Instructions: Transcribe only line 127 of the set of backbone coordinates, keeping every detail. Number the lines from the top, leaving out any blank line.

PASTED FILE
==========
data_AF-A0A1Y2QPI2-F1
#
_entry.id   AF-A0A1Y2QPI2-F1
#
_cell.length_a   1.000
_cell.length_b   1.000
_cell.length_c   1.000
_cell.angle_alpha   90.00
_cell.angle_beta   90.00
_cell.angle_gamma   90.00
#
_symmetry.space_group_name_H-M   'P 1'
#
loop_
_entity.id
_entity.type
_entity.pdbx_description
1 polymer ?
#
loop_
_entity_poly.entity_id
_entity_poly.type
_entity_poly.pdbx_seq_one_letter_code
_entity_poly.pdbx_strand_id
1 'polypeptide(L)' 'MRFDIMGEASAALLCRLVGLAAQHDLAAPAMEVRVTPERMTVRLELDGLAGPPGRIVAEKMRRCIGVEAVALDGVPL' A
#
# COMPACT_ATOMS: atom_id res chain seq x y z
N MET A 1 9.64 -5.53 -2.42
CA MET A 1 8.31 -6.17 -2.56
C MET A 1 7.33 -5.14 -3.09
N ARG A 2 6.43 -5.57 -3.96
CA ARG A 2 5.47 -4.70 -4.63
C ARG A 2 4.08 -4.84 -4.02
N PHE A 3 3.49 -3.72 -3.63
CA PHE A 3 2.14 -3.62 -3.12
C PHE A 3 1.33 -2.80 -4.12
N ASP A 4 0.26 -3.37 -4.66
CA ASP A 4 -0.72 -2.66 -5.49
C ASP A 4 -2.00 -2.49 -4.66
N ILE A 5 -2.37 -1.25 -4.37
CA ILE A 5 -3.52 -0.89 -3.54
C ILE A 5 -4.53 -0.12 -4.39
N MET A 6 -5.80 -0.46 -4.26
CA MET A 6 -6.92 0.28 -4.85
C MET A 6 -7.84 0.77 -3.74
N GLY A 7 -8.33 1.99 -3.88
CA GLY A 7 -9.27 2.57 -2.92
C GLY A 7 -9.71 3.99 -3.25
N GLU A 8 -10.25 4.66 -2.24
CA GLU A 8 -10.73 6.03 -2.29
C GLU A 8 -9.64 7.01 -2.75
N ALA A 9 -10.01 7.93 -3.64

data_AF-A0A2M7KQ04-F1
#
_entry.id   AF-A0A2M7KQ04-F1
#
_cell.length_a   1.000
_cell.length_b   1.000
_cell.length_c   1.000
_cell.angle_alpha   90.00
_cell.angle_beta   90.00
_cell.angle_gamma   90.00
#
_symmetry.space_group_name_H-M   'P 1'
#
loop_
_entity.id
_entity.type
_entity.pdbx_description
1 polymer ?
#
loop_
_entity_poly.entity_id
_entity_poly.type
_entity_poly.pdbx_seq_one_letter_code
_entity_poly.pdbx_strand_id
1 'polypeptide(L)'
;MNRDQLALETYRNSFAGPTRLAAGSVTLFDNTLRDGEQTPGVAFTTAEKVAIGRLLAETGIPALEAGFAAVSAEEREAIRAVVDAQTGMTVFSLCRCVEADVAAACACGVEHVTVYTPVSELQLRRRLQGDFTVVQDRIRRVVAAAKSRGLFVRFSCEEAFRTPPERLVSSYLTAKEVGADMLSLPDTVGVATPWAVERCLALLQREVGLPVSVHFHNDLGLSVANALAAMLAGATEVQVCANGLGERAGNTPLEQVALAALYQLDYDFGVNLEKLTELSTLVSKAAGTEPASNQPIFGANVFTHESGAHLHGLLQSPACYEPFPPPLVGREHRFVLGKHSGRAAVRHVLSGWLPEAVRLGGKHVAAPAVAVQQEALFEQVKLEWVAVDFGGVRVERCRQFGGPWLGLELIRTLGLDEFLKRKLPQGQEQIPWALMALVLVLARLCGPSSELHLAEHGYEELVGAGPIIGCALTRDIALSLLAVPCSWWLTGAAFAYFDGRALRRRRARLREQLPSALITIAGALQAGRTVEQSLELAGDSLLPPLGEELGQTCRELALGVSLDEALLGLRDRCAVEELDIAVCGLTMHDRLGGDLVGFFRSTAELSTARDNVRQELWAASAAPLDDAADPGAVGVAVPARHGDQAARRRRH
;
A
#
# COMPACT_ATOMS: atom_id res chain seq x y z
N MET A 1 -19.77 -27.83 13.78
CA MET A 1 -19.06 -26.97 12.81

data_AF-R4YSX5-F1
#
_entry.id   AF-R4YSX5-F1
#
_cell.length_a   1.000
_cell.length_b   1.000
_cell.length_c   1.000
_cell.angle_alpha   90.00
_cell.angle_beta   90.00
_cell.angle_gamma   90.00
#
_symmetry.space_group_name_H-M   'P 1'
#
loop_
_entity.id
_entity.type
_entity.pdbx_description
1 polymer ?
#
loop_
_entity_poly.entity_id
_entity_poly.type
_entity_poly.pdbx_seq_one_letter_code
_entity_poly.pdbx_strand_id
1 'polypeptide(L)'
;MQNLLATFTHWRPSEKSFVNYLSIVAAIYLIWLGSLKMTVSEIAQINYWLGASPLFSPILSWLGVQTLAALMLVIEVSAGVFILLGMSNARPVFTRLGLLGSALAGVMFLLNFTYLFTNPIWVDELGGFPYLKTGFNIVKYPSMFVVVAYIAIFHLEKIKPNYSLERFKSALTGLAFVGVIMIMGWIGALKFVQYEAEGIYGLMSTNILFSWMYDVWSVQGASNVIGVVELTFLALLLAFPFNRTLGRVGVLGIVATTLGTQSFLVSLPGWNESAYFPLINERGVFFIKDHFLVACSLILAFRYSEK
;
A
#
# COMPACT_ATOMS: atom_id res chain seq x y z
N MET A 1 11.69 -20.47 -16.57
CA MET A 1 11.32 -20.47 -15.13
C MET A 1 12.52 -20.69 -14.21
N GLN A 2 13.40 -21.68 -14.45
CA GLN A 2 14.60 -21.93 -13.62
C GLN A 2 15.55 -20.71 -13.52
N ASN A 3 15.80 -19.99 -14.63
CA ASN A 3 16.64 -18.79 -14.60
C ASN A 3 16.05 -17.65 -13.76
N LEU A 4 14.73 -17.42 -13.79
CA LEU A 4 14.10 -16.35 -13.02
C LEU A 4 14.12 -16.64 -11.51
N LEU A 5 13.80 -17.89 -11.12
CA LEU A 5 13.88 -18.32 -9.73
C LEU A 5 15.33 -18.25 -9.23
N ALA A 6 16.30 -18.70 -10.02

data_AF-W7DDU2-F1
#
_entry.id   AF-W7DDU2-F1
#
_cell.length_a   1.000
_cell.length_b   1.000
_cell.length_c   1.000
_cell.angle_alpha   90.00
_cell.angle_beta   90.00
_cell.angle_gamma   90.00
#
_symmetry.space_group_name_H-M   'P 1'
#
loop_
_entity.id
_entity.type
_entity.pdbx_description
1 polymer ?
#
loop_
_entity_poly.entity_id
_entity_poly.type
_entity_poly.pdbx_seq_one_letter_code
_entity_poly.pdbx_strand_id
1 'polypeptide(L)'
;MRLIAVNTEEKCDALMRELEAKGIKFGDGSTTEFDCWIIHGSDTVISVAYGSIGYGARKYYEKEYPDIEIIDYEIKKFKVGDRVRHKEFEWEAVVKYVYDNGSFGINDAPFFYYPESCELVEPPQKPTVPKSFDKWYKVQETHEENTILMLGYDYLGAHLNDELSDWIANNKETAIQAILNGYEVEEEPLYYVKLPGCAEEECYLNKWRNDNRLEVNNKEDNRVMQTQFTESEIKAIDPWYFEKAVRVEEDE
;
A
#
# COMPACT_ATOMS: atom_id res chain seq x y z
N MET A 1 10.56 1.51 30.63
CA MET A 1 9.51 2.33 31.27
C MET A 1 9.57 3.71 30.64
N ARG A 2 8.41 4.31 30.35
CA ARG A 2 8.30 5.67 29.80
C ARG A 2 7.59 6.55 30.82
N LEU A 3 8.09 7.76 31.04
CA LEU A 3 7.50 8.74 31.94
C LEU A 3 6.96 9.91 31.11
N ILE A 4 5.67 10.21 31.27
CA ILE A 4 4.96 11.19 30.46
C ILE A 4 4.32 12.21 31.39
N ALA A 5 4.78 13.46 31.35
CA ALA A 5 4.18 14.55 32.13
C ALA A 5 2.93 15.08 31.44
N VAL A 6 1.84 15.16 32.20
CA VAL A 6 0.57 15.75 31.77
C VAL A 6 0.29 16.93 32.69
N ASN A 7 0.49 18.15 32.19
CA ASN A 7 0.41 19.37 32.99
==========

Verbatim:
N LEU A 5 13.80 -17.89 -11.12